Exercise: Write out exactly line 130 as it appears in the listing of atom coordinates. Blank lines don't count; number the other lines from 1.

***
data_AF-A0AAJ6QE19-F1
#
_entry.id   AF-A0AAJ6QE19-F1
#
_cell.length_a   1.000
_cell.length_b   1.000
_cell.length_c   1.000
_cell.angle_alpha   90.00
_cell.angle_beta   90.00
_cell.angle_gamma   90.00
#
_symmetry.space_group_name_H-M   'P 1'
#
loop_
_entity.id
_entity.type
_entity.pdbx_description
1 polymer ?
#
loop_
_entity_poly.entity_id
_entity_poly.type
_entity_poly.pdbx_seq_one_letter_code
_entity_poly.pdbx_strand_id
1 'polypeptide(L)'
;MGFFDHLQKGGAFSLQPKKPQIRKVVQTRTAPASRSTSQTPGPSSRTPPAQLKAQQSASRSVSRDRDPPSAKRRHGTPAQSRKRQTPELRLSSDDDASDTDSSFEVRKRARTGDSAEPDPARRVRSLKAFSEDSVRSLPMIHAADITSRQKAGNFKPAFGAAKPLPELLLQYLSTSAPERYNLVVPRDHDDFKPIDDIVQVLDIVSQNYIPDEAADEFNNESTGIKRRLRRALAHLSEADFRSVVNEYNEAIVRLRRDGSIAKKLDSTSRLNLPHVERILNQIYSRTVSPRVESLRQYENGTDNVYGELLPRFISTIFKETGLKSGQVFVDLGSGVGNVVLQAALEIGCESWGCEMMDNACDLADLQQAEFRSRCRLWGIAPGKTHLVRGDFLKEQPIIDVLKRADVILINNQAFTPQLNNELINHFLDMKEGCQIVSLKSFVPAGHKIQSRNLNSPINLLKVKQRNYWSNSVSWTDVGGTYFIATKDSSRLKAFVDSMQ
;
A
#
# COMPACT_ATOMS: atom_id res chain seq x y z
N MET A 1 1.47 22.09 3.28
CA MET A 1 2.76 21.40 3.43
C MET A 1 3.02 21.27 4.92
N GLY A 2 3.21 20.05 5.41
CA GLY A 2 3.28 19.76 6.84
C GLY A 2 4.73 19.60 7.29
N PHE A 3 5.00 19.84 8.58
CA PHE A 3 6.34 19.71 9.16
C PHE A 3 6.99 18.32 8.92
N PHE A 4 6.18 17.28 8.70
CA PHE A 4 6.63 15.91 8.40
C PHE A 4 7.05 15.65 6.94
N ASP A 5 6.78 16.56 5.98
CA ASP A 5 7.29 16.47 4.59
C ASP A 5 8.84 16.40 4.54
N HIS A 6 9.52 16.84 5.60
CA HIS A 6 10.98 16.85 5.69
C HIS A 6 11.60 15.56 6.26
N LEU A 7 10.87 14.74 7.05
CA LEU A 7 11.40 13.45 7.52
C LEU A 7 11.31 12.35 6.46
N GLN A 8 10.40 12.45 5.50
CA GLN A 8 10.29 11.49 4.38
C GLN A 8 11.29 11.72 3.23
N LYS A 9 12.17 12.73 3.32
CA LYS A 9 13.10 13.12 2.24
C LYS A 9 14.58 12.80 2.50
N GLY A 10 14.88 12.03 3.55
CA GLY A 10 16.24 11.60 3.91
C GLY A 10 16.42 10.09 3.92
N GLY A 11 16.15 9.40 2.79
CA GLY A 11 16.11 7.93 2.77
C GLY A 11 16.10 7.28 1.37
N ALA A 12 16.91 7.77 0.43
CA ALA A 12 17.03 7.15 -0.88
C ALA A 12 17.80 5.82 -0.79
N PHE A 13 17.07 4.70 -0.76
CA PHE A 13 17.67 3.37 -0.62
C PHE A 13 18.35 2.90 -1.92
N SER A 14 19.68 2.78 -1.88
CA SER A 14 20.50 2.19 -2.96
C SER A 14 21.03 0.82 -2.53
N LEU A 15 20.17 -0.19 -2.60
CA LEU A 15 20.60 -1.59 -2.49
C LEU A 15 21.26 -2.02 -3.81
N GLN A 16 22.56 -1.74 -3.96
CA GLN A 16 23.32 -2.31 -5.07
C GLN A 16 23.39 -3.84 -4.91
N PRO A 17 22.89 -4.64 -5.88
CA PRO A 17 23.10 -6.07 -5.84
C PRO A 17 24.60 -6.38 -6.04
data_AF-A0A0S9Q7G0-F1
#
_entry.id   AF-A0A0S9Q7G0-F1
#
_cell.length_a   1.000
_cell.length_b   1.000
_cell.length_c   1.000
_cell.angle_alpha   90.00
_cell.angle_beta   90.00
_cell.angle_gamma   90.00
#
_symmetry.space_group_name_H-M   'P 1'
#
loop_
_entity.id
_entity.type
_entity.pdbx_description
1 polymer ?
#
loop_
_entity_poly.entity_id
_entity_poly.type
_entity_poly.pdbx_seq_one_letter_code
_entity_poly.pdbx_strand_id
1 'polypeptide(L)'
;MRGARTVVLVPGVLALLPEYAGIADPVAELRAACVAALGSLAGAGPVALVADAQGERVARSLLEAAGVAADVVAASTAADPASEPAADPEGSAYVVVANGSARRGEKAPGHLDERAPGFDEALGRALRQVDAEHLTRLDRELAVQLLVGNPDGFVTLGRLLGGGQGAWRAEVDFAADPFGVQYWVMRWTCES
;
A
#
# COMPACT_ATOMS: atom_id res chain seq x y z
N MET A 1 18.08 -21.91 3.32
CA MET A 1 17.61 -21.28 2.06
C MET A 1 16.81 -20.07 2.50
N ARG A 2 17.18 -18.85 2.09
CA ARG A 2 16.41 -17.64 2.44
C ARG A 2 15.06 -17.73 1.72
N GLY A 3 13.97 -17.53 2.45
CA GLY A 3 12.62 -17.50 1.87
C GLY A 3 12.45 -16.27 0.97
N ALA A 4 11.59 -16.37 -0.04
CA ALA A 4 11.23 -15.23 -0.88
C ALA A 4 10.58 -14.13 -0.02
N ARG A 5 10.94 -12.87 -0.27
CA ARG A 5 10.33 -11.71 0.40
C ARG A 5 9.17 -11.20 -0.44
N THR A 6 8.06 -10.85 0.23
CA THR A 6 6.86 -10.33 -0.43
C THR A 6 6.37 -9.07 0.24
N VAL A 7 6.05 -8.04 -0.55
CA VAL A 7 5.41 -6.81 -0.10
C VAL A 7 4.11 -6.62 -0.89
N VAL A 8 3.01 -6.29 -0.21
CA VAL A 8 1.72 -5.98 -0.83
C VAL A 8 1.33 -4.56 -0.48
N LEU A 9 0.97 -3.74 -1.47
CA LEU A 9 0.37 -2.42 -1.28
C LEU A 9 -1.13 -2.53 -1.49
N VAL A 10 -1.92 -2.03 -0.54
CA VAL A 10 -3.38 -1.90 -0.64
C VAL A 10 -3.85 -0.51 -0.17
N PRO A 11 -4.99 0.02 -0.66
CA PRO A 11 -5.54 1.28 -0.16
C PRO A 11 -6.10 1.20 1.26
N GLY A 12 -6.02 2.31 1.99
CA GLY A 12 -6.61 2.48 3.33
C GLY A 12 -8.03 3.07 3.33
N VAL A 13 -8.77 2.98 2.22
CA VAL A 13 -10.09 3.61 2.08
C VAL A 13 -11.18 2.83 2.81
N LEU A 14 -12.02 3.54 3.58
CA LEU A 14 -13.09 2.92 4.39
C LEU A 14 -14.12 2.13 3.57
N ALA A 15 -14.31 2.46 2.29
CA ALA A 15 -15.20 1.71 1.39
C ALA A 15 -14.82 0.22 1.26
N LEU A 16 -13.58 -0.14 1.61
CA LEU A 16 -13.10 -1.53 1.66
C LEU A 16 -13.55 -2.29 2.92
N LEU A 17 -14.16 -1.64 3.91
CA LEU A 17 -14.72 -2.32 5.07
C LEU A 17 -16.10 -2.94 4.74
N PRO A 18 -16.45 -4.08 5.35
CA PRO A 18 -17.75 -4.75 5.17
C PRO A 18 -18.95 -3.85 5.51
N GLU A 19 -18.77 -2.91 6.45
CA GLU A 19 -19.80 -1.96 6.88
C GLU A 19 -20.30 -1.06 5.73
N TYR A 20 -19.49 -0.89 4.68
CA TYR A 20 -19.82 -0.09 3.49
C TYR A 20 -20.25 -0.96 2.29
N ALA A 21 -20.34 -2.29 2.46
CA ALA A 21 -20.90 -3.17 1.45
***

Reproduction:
N VAL A 7 6.05 -8.04 -0.55